Tõnis Saarts: Kaljulaid must demonstrate capabilities, learn politician's role
Tallinn University political scientist Tõnis Saarts believes that while the public does not yet know much about Kersti Kaljulaid, she has what it takes to become a strong president in both the domestic and foreign policy arenas. Former colleague Sandor Liive also noted that Kaljulaid would not be a convenient president for the political elite.
Saarts told ETV nightly news broadcast "Aktuaalne kaamera" that the public expects of a president chosen this way that they would take their work very seriously and understand that they must begin restoring the credibility of the institution.
"I think that it wouldn't pay for us to to be very concerned that this may initially be a president that isn't very popular among the people," said Saarts. "If we recall Lennart Meri, then based on opinion pieces [written about him], he wasn't at all popular in the early 1990s after entering office; his popularity came later."
Saarts considered the greatest challenge for Kaljulaid herself to prove that she is a capable president in both the domestic and foreign policy arenas regardless of the fact that she all but appointed for the office, not an elected president.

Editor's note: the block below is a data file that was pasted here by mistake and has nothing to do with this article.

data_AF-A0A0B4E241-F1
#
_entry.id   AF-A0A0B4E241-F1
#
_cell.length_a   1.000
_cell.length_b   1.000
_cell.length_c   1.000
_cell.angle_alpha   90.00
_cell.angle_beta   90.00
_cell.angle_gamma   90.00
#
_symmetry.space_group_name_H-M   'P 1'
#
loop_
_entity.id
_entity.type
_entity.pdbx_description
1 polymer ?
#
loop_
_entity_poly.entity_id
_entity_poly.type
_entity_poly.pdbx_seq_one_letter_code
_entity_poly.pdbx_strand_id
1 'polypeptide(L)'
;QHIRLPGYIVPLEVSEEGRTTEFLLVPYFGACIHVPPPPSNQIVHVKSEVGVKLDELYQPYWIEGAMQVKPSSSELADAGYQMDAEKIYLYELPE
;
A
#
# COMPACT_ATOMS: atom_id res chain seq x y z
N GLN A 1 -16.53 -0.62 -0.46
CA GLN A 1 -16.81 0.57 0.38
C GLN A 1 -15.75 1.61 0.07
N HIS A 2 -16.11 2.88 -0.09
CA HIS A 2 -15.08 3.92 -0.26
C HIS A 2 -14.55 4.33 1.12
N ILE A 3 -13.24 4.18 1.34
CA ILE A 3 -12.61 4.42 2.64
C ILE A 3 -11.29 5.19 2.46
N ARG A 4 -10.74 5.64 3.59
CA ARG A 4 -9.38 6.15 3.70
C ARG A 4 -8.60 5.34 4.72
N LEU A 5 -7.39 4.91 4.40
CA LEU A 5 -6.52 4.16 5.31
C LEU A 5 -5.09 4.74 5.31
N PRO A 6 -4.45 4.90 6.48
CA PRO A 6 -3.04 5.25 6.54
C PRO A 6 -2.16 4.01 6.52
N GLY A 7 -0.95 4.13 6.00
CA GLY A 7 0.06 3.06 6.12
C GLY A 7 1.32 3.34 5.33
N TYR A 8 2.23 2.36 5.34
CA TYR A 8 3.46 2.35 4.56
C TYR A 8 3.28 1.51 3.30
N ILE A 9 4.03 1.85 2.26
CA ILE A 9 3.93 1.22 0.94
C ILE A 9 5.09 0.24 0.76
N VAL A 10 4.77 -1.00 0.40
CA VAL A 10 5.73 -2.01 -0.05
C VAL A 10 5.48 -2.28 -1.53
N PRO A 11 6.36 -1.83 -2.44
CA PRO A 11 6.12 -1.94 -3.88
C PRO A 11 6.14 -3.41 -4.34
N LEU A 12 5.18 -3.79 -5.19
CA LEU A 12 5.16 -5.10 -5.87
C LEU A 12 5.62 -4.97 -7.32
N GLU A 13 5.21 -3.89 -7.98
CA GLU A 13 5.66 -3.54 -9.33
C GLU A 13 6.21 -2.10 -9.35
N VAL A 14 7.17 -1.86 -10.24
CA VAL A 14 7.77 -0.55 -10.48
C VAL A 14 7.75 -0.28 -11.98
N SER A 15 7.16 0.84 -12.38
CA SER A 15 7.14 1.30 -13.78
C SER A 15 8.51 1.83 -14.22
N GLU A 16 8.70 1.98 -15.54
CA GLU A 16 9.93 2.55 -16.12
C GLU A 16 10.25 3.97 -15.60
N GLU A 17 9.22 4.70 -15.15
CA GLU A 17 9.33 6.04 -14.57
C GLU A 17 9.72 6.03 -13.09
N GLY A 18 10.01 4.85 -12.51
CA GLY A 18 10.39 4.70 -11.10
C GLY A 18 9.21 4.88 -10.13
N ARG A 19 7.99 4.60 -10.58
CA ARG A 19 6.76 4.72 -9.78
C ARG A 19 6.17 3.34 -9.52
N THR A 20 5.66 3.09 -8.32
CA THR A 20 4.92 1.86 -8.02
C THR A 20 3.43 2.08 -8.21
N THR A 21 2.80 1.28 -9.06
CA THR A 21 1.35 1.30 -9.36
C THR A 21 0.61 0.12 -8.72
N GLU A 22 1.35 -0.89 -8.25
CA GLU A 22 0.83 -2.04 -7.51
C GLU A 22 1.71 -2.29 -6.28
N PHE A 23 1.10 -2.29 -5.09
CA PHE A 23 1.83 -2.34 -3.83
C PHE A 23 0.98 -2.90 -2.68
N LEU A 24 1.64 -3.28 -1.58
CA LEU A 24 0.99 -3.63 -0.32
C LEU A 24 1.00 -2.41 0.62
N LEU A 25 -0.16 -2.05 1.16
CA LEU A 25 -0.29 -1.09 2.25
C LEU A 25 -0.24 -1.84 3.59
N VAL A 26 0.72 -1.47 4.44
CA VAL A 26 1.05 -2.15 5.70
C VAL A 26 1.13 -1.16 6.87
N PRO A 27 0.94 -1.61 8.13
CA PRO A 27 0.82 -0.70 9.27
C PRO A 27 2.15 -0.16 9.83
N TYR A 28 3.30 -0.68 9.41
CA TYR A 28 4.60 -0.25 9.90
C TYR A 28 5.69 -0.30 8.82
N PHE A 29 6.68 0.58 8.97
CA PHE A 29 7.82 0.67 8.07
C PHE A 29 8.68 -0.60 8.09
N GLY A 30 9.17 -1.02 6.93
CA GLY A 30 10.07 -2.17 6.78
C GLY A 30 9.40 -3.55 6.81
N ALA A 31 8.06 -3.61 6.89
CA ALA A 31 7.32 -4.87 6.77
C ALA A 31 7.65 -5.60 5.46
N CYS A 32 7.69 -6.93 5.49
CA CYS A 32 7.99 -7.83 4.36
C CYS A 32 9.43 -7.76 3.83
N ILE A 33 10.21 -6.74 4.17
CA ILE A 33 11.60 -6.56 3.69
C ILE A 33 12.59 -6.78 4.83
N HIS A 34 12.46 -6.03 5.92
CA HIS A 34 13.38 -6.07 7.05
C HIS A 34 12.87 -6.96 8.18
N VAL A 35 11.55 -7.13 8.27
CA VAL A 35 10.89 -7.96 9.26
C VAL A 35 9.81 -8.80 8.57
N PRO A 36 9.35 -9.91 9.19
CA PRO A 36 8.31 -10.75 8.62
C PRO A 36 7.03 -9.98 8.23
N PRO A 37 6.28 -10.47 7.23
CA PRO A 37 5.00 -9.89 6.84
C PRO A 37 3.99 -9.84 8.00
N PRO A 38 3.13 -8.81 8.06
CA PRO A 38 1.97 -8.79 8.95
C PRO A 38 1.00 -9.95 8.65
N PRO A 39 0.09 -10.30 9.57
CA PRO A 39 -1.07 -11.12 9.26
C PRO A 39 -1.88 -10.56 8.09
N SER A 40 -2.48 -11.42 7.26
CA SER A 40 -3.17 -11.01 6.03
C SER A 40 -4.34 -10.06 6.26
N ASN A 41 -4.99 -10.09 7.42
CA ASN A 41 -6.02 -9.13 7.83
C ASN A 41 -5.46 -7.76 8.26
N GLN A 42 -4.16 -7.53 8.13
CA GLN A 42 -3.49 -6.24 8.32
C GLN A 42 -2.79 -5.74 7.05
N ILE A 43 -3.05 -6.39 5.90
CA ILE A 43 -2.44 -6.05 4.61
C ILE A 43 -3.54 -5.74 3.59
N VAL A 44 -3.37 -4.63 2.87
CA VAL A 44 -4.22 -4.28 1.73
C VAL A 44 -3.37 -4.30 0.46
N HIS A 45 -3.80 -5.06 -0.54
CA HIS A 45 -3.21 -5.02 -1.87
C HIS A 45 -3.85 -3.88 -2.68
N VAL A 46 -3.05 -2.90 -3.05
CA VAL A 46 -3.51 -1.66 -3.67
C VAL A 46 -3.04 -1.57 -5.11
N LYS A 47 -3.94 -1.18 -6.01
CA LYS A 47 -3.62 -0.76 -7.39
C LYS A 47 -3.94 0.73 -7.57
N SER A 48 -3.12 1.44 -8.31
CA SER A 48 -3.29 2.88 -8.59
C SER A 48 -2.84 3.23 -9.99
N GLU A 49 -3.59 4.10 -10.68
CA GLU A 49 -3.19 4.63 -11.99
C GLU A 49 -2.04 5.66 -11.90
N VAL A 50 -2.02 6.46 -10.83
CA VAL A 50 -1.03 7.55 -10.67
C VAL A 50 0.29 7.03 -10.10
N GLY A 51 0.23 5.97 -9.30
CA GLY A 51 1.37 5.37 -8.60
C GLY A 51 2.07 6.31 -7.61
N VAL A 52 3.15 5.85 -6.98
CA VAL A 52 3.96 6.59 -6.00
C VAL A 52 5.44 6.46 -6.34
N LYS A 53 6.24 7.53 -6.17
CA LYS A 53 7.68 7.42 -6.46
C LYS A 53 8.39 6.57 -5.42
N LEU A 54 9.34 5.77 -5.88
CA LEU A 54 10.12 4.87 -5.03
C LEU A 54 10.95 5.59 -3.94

Another challenge, cited the political scientist, would be learning the role of a politician. As Kersti Kaljulaid did not participate in the debates and discussions involved in the presidential elections, the public does not know much about her views on things.
Sandor Liive, who had invited Kaljulaid to become director of state-owned energy company Eesti Energia's Iru Power Plant in the early 2000s, said he knew Kaljulaid since the days when she was still serving as economic advisor to Prime Minister Mart Laar.
"She is very smart, and very sharp — sharp in a good way," said Liive. "She is capable of picking out the essence [of something] from within a very large amount of information. And even in conflicting situations she is capable of being very persuasive ... and maintaining a good relationship even with the adverse party."
Neither Liive nor Saarts believes that, despite the selection process, Kersti Kaljulaid would become a convenient president, referred to in Estonian also as a "porcelain president," for the political elite.